“We have amazing sponsors for this year’s Blue Ridge Relay, most of which also help sponsor The Black & Blue” says Ken. “Obviously, Gum Ridge Mill is very dedicated to these events and causes, however, local and national companies, Mizuno, Hometrust Bank of Asheville, Mellow Mushroom, Stick Boy Bread Company, Dan’l Boone Inn and Restaurant, Stick Boy Bread Company, SweeTea, Road I.D., Hometown Realty, Furman University’s F.I.R.S.T. institute of running, Ashe County Parks and Recreation, Ashe County Arts Council and Grayson Highlands State Park are also playing a huge role. Although these runners don’t run the Blue Ridge Relay for the food or prizes – they are both great.”
“We also have special help from Appalachian State University’s Department of Health, Leisure and Exercise Science whose students help us fill a majority of the exchange zones during those hard night time hours where volunteers are scarce,” Ken says.

“We not only have students that step and help out but several community groups such as the Green Valley Fire Department near Newland and the Pensacola Community near Burnsville and Ox Creek Community Center just north of Asheville provide either personnel, or sandwiches or even a hot pancake breakfast at 4am in the morning for our runners. It’s fantastic,” Kristin says.

The Blue Ridge Relay, runners, and teams are grateful for the support from your community, for your hospitality, for encouraging the runners, and for being courteous while driving. The Relay received generous support, time, and lack of sleep from our volunteers who served as Race Officials, including the many community groups, businesses, friends, and students.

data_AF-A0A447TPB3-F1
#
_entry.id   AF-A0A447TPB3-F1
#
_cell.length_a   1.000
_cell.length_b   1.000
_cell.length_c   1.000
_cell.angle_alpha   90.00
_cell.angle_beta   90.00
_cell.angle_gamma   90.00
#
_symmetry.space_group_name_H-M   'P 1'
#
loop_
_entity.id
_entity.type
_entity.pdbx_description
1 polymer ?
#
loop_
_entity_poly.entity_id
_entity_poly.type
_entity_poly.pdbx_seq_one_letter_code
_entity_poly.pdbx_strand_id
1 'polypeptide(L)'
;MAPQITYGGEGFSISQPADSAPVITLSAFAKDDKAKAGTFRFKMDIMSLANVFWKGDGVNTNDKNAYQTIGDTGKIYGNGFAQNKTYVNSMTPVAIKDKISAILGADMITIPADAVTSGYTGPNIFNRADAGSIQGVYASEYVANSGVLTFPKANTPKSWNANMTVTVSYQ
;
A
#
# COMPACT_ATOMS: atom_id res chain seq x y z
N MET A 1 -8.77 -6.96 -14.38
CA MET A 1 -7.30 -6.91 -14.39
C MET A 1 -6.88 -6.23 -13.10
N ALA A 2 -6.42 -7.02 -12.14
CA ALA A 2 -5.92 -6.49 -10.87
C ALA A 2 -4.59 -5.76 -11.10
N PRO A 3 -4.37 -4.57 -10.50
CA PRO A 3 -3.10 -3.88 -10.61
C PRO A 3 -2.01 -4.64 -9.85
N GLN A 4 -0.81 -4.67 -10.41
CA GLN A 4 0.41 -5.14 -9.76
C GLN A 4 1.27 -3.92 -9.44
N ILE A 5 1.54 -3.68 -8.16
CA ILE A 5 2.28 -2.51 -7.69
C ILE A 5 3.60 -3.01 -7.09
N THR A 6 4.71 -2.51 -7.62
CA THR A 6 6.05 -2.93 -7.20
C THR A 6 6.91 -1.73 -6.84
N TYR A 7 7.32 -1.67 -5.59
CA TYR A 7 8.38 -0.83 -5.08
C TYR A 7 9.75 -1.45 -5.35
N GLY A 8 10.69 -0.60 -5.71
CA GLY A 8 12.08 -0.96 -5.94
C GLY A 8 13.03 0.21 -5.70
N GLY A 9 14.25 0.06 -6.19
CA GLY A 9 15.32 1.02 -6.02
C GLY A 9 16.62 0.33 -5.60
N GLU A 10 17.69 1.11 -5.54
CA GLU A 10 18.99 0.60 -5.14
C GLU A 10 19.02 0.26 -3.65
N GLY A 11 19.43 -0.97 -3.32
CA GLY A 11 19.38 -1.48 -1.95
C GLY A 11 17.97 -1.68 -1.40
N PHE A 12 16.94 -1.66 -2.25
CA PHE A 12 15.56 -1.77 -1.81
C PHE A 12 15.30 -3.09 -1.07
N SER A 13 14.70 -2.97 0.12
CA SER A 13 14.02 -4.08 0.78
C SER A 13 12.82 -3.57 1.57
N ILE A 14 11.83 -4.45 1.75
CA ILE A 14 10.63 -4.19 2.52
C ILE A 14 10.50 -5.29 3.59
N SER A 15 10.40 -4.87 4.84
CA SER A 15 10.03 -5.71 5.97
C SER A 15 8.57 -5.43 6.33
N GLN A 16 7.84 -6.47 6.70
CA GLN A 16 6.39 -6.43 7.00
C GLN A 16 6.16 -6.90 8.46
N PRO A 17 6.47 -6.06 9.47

The Blue Ridge Relay is grateful for the support received from Gum Ridge Mill & Flying Pig Furniture, Grayson Highlands State Park, Virginia, Hometrust Bank of Asheville NC, Mellow Mushroom of Asheville, NC, The Avon Foundation Need for Speed Campaign, Dan’l Boone Inn and Restaurant, SweeTea, Stickboy Bread Company, Hometown Realty, Power Bar, Omega Tees, Ashe County Parks and Recreation, The Blue Ridge Parkway, Road ID, Ashe County Arts Council, and the students of the Appalachian State University Health and Exercise Department..

The runners for the Blue Ridge Relay will begin gathering before the event on Thursday night at local restaurant The Riverside General Store for a home cooked pasta dinner and a beautiful view of the New River and then will spread out into all of the High Country’s hotel rooms or campgrounds until the 6:45 am start the next morning.

For additional information about the Blue Ridge Relay visit www.BlueRidgeRelay.com or call 336.877.8888. If you would like to donate to the Avon Foundation’s Need for Speed Campaign or assist at one of the exchange zones along the 208 mile course, please contact either Ken or Kristin Sevensky at the above website or phone number.